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Scientific Research Council Head, Looks to Stimulate SME Sector

May 10th, 2011

MONDAY, 09 MAY 2011

 

Executive Director, Scientific Research Council, Dr. Chadwick Anderson, makes a point during a recent interview with JIS News.

KINGSTON – Newly appointed Executive Director of the Scientific Research Council (SRC), Dr. Chadwick Anderson, says he is looking to deepen ties with players in the small and medium enterprises (SMEs) sector to conduct research and develop new products to support industry needs.

 

The move, he tells JIS News, is in keeping with Government’s focus on the development of the sector to create employment and serve as the engine for economic growth.

 

He says that while existing efforts in agro-processing, cosmetics and integrated pest management will continue, it is important that new methods and strategies are found to support SMEs.

 

“We want to deepen our relationship with all industry players in support of the Government’s mandate. Those little companies that employ 30 persons… multiply that number by 1,000 and we would probably have an unemployment rate by two to three per cent down from whatever rate it is right now,” Dr. Anderson points out.

 

The SRC, an agency of the Ministry of Industry, Investment and Commerce, is Jamaica’s principal public sector agency responsible for fostering and coordinating scientific research and the promotion and application of its results to impact socio-economic growth and development.

 

Driven to support SME development, the Council targets the needs of the sector and provides solutions through new product development and research services.

 

The agency has facilitated the growth of a vibrant agro-processing industry, utilising local crops to create value-added products for commercialisation and subsequent divestment to the private sector.

Among these are creating flour from yam and breadfruit; chips from banana, potato, plantain, and breadfruit; and numerous condiments, preserves, soups, liqueurs, jams and jellies, among others.

The agency has also assisted in the development of the local sorrel industry through research highlighting the health and nutritional benefits of the plant, including its powerful antioxidant quality.

In addition, the development of chutney, squashes, and several other new exotic products from sorrel, have not only stimulated demand for the product, but also for inputs such as sugar, ginger, mango, guava, and spices, creating benefits for farmers of these crops, and service providers such as labourers, truckers, processors, packers and distributors.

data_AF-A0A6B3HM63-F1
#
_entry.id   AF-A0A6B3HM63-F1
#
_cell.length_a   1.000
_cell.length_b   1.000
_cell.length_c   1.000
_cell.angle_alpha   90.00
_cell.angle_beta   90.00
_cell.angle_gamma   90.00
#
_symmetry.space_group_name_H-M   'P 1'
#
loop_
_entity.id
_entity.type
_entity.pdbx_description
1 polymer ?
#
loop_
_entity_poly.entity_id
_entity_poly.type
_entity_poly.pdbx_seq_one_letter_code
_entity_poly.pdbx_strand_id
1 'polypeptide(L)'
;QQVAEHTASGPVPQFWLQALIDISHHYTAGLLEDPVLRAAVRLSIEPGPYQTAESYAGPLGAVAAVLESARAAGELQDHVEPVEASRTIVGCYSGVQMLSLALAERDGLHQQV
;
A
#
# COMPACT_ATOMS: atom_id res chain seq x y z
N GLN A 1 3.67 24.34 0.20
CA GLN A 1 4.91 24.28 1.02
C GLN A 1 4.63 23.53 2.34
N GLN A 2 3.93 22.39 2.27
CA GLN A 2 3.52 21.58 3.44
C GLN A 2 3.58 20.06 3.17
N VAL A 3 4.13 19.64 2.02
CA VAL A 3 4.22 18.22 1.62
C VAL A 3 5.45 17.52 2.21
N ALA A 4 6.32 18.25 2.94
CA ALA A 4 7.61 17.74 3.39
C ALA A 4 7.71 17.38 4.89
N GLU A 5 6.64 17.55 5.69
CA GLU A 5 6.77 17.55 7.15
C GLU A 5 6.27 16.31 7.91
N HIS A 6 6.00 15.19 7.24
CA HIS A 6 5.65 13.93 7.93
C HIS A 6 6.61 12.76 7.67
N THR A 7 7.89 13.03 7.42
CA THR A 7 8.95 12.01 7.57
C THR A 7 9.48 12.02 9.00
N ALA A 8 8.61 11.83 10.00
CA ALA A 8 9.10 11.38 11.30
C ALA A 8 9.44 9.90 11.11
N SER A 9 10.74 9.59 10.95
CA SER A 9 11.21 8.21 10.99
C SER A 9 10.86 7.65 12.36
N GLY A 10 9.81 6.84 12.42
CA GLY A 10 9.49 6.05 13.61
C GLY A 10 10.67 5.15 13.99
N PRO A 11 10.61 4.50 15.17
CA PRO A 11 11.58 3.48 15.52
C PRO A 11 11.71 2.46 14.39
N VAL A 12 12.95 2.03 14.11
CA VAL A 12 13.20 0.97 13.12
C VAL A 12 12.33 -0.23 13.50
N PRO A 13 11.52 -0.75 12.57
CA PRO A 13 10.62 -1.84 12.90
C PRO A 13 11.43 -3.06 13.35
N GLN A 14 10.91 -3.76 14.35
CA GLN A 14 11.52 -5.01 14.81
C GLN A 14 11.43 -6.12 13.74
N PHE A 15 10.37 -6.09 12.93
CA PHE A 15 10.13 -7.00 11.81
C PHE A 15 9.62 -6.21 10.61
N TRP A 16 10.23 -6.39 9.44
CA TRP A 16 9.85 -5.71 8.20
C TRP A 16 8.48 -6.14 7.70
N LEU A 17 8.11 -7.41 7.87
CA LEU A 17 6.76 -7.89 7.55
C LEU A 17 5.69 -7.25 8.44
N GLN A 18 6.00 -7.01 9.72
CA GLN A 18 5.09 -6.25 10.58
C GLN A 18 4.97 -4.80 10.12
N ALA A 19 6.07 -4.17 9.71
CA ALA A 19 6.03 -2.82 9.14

Dr. Anderson tells JIS News that the agency has also done work related to ackee processing and is working on a ginger project. “We currently have a nice contract to supply through an intermediary, 120,000 ginger plants to stimulate the ginger industry,” he informs.

In addition, the Analytical Services Division is working on project involving teas and essential oils. “We are looking onto formalising the trading and extraction of lemon grass, all the way to the lotions… essentially health and wellness industry,” he says.

 

Dr. Andersons informs that the SRC’s laboratories are International Organization for Standardization (ISO) 17025 certified, which means that “any paper, any results that come from here is already leapfrogging the industry. The entire entity is ISO 9001 2008 certified”.

 

He says that even as the Council continues to carry out research and development activities, there is need for continuous retooling as technology changes very quickly. He notes that economic challenges have impacted the Council’s ability to change over equipment to modernise some aspects of its operations.

 

“As technology changes it drives efficiencies across a number of areas. One of the things we want to do is to be able to convert an idea into a product and move that product to the various stakeholders, then to an industry in the shortest possible time. In that regard we would certainly love to have some equipment,” he says.

 

Even with the challenges, the Executive Director, who took office in January, says he is committed to carry out the agency’s mandate.

 

He says he will be calling on the experience of his staff and his knowledge of the internal workings of the agency, having served as a member of the SRC’s board of directors since 2007. He says this work on the board has allowed him to learn about the operations of the Council.

 

“I saw the passion, I saw the direction in which the Council was going and the leadership at the time was doing an excellent job. When an opportunity came as the former Executive Director resigned I jumped at it because it gave me the opportunity to move from policy to operations. So instead of just shaping a framework… I am now involved in the operation,” Dr. Anderson says.

 

The SRC Executive Director is a graduate of the University of the West Indies (UWI), where he earned a Bachelor of Science (BSc) degree in Food Chemistry and a Doctor of Philosophy (PhD) in Organic Chemistry. His PhD research, among other things, centered on substances of interest in endemic Jamaican plants.

 

A scholarship awardee of Tanaud International BV, a division of Shire Pharmaceuticals in the United Kingdom (UK), Dr. Anderson has worked with the company as a senior research scientist, leading a team in designing and synthesising compounds towards the treatment of ailments of the central nervous system.

 

He also serves on the Board of the Heart Trust NTA and is a member of its Human Resource Subcommittee and its pension fund board.

 

 

By LATONYA LINTON, JIS Reporter


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